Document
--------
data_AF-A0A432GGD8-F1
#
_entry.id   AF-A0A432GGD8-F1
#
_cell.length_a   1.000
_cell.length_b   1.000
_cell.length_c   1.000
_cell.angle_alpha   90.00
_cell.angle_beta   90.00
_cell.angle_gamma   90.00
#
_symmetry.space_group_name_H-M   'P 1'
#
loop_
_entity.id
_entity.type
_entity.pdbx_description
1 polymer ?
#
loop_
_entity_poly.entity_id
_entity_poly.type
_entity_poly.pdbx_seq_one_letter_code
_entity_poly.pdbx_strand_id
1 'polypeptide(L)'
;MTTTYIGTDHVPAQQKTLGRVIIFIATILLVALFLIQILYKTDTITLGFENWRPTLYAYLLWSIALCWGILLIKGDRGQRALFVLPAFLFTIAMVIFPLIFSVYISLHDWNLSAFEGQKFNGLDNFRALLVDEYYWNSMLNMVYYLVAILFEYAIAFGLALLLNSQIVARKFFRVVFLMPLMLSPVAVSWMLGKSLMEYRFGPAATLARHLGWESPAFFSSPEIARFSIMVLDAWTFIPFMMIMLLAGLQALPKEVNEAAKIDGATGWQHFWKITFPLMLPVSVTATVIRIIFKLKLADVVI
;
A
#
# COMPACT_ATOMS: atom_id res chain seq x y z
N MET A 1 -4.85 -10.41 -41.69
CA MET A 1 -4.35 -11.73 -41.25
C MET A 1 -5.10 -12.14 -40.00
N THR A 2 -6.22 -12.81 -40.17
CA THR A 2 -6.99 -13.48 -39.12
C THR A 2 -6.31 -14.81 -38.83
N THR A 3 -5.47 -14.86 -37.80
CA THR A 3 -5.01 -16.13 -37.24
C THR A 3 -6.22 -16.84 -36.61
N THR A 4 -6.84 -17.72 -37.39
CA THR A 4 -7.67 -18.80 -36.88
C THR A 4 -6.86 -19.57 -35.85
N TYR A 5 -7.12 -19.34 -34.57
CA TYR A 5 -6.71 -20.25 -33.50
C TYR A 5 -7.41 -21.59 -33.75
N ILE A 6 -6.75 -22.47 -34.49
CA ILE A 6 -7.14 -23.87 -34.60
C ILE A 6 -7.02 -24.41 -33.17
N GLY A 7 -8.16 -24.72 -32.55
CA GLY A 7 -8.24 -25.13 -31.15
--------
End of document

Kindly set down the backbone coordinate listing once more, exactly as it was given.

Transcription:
data_AF-A0A432GGD8-F1
#
_entry.id   AF-A0A432GGD8-F1
#
_cell.length_a   1.000
_cell.length_b   1.000
_cell.length_c   1.000
_cell.angle_alpha   90.00
_cell.angle_beta   90.00
_cell.angle_gamma   90.00
#
_symmetry.space_group_name_H-M   'P 1'
#
loop_
_entity.id
_entity.type
_entity.pdbx_description
1 polymer ?
#
loop_
_entity_poly.entity_id
_entity_poly.type
_entity_poly.pdbx_seq_one_letter_code
_entity_poly.pdbx_strand_id
1 'polypeptide(L)'
;MTTTYIGTDHVPAQQKTLGRVIIFIATILLVALFLIQILYKTDTITLGFENWRPTLYAYLLWSIALCWGILLIKGDRGQRALFVLPAFLFTIAMVIFPLIFSVYISLHDWNLSAFEGQKFNGLDNFRALLVDEYYWNSMLNMVYYLVAILFEYAIAFGLALLLNSQIVARKFFRVVFLMPLMLSPVAVSWMLGKSLMEYRFGPAATLARHLGWESPAFFSSPEIARFSIMVLDAWTFIPFMMIMLLAGLQALPKEVNEAAKIDGATGWQHFWKITFPLMLPVSVTATVIRIIFKLKLADVVI
;
A
#
# COMPACT_ATOMS: atom_id res chain seq x y z
N MET A 1 -4.85 -10.41 -41.69
CA MET A 1 -4.35 -11.73 -41.25
C MET A 1 -5.10 -12.14 -40.00
N THR A 2 -6.22 -12.81 -40.17
CA THR A 2 -6.99 -13.48 -39.12
C THR A 2 -6.31 -14.81 -38.83
N THR A 3 -5.47 -14.86 -37.80
CA THR A 3 -5.01 -16.13 -37.24
C THR A 3 -6.22 -16.84 -36.61
N THR A 4 -6.84 -17.72 -37.39
CA THR A 4 -7.67 -18.80 -36.88
C THR A 4 -6.86 -19.57 -35.85
N TYR A 5 -7.12 -19.34 -34.57
CA TYR A 5 -6.71 -20.25 -33.50
C TYR A 5 -7.41 -21.59 -33.75
N ILE A 6 -6.75 -22.47 -34.49
CA ILE A 6 -7.14 -23.87 -34.60
C ILE A 6 -7.02 -24.41 -33.17
N GLY A 7 -8.16 -24.72 -32.55
CA GLY A 7 -8.24 -25.13 -31.15